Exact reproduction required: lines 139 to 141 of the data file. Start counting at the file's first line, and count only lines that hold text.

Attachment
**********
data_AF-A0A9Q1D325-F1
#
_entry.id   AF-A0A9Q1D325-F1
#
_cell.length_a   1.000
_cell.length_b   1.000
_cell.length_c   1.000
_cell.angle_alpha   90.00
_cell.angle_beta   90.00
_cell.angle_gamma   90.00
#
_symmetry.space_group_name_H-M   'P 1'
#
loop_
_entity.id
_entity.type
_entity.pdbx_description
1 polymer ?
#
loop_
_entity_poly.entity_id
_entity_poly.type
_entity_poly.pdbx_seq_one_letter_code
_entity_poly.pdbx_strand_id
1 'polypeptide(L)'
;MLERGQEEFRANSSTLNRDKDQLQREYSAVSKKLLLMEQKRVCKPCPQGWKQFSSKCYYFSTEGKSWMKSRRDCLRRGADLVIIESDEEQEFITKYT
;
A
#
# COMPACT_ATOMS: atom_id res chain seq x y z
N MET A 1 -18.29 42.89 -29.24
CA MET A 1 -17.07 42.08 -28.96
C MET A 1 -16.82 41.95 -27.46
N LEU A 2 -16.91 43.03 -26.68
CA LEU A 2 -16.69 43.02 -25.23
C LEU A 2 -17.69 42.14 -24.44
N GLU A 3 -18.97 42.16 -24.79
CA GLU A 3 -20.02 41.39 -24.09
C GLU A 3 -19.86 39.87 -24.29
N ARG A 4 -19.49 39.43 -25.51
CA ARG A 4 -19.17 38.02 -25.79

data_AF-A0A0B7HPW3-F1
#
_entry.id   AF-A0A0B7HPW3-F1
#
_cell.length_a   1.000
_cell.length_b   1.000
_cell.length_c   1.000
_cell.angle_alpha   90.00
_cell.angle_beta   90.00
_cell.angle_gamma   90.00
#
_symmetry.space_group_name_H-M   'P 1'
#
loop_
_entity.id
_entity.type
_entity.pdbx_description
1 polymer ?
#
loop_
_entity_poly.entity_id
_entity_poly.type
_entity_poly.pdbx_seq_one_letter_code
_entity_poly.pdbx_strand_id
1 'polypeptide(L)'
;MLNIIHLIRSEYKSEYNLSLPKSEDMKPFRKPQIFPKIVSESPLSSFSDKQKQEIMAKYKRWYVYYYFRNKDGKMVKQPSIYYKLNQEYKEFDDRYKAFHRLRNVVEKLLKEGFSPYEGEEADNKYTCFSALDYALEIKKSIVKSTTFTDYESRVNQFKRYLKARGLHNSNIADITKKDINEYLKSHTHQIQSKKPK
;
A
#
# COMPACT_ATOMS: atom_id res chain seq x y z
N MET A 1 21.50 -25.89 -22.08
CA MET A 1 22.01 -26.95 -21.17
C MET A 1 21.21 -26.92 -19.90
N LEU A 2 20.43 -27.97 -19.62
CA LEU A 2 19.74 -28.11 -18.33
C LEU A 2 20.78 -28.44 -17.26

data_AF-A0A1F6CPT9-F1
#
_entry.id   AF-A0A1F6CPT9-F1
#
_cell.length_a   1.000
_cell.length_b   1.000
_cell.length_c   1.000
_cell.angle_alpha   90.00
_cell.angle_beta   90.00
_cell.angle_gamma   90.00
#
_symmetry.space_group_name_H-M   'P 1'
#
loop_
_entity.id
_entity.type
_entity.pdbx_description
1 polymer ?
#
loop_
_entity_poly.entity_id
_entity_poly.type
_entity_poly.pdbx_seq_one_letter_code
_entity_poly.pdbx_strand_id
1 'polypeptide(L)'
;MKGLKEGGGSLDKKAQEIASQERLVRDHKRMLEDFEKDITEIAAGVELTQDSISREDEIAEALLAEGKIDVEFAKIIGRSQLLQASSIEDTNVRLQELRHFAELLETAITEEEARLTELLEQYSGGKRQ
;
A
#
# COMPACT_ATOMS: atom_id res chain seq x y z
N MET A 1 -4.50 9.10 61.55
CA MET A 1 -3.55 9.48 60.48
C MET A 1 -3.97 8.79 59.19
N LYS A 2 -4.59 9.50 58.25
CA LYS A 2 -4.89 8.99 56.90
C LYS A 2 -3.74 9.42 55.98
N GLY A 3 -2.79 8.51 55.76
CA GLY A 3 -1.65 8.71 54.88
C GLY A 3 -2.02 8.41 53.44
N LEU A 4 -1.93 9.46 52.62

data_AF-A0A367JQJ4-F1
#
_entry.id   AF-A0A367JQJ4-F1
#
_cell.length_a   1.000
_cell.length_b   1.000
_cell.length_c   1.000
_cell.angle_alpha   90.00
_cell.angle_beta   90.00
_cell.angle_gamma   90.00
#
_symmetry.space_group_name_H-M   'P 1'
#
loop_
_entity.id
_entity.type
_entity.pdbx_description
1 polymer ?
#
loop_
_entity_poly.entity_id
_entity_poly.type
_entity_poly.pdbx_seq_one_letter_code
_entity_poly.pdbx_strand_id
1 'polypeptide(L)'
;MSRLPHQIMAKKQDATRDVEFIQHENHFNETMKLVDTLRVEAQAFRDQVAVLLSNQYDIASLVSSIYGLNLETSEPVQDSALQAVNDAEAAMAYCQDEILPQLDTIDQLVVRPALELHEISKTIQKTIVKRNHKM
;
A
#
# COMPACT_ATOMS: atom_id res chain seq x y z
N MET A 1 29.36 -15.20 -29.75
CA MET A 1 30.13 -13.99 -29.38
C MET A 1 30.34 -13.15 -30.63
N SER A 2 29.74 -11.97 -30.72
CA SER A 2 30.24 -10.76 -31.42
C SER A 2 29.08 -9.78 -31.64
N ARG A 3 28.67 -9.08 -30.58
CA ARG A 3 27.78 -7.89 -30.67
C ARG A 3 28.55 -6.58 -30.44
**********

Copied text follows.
_entity_poly.type
_entity_poly.pdbx_seq_one_letter_code
_entity_poly.pdbx_strand_id